Shoreline armoring is the construction of barriers or structures for the purpose of preventing coastal erosion and/or manipulating ocean currents. Although they may prevent the deterioration of the immediate shoreline, these man-made structures almost always exacerbate erosion problems at nearby, downstream beaches by changing wave patterns and water flow.
Armoring may also promote the loss of shoreline vegetation, which in turn can degrade the ecosystem that seabirds and other beach and sea-dwelling life depend upon. By altering water flow and erosion and deposition and creating physical barriers, some types of shoreline armoring prevent sea turtles from reaching their nesting sites on shore. Finally, shoreline structures can block sunlight imperative to aquatic plants such as eelgrass , a prime habitat for herring and other marine life.
Shoreline erosion is a natural process determined by a complex array of environmental causes. Weather changes, tidal currents, and sea level adjustments all impact erosion over time. Catastrophic weather events such as hurricanes, tsunamis , and tropical storms can completely change the shape and nature of the coast in one fell swoop. Beach location, currents, and other conditions may also create depositional shorelines, where sand and sediment collect rather than erode. Armoring is a human attempt to minimize the impact of these natural forces on an isolated section of coastal shoreline. Because the coastal ecosystem is extensive and interconnected, these attempts ultimately affect other nearby, unprotected locations.
Common types of shoreline armoring include
- Groins. Long barriers that run perpendicular from the shoreline and are designed to trap sand and deposit it on the adjacent beach.
- Jetties. Similar to groins, jetties are rock structures that are built out from the shoreline. They are often erected for the purpose of keeping ship or boating channels clear of sediment build up by directing currents appropriately.
- Seawalls. These concrete or rock walls act as a barrier between beach and ocean; but increase neighboring beach erosion by deflecting normal wave patterns.
- Bulkheads. Like a seawall, a bulkhead is designed to separate the also promotes erosion further downstream.
- Revetments. A small seawall barrier, often constructed from rocks or boulders.
- Breakwaters. Breakwaters are offshore structures that absorb much of the force of waves before they reach the shoreline. They sometimes serve a dual purpose as navigational aids in boating channels.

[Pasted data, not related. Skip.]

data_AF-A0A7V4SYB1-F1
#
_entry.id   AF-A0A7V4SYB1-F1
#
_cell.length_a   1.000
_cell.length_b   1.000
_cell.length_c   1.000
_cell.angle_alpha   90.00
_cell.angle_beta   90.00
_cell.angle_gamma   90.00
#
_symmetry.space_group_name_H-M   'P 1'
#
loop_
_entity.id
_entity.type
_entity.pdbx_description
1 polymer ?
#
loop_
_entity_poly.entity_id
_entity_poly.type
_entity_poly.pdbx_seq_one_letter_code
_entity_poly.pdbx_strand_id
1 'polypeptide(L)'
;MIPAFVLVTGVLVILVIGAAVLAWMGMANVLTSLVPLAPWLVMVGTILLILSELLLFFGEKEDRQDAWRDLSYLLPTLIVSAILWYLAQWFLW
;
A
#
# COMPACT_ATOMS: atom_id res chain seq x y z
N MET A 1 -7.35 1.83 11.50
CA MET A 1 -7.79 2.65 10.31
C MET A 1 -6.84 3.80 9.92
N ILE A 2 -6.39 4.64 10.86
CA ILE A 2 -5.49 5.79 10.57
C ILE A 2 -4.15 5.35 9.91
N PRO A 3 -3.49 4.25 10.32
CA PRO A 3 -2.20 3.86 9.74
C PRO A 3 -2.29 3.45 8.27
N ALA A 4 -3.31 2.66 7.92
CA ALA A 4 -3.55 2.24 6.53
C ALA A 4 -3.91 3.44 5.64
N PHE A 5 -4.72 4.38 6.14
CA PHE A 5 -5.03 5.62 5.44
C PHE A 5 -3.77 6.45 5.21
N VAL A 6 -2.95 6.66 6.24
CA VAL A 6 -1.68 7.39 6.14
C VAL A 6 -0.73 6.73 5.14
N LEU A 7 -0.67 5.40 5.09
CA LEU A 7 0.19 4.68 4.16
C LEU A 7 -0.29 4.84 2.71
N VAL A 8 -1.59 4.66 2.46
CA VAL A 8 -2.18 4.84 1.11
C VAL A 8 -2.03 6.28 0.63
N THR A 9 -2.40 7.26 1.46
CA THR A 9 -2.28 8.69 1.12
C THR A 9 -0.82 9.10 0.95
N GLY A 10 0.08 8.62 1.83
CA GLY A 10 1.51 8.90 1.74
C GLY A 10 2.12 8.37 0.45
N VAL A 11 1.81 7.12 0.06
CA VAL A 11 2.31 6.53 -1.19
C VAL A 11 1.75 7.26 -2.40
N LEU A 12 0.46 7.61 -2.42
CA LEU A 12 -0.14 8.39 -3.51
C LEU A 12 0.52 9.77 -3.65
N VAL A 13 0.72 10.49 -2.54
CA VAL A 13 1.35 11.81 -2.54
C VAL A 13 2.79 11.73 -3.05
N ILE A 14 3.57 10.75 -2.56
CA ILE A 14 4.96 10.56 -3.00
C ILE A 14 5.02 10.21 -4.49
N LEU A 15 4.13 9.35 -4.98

- Rip Rap. Rip rap is a rock armoring sometimes used on river beds as well as coastal slopes to deter erosion.
- Docks. Although they are not built for the purpose of preventing coastal erosion, boat dock structures do impact marine life by blocking sunlight crucial for vegetation. Pilings, or posts, for docks can also disrupt sea-floor sediments. Depending on their size, structure, and location, they can also influence natural water flow patterns.
Alternatives to shoreline armoring include maintaining or planting native coastal shrubs, trees, and other plants that have an established root system to help prevent erosion. Beach renourishment , the process of replacing eroded beach with dredged offshore sand, is also used for erosion management. However, renourishment is cost-prohibitive in many cases, and may have a negative impact on marine flora and fauna . It also requires ongoing maintenance, as erosion is a perpetual process. Finally, the relocation of structures placed at risk by severe erosion, sometimes referred to as a retreat strategy, allows the natural processes of shoreline evolution to continue while preserving the public interest.
Shoreline armoring is becoming more widely recognized as an environmental hazard rather than a help. In South Carolina, state legislation entitled the 1988 Beachfront Management Act established a retreat rather than armor strategy for dealing with shoreline changes. The Act states that "[t]he use of armoring in the form of hard erosion control devices such as seawalls, bulkheads, and rip rap to protect erosion-threatened structures adjacent to the beach has not proven effective. These armoring devices have given a false sense of security to beachfront property owners. In reality, these hard structures, in many instances, have increased the vulnerability of beachfront property to damage from wind and waves while contributing to the deterioration and loss of the dry sand beach which is so important to the tourism industry." South Carolina no longer allows the construction of shoreline armoring within its coastal setback area, nor the rebuilding of existing armoring that is more than two-thirds damaged.
[Paula Anne Ford-Martin ]
Dunn, Steve, et al. "Coastal Erosion: Evaluating the Risk." Environment 42, no. 7 (September 2000): 36 (10).
South Carolina General Assembly. Beachfront Management Act of 1988. S.C. Code of Regulations. Chapter 30, Section 48-39-320(B). 1998 [cited June 6, 2002]. <http://www.lpitr.state.sc.us/coderegs/c030.htm#30-21>.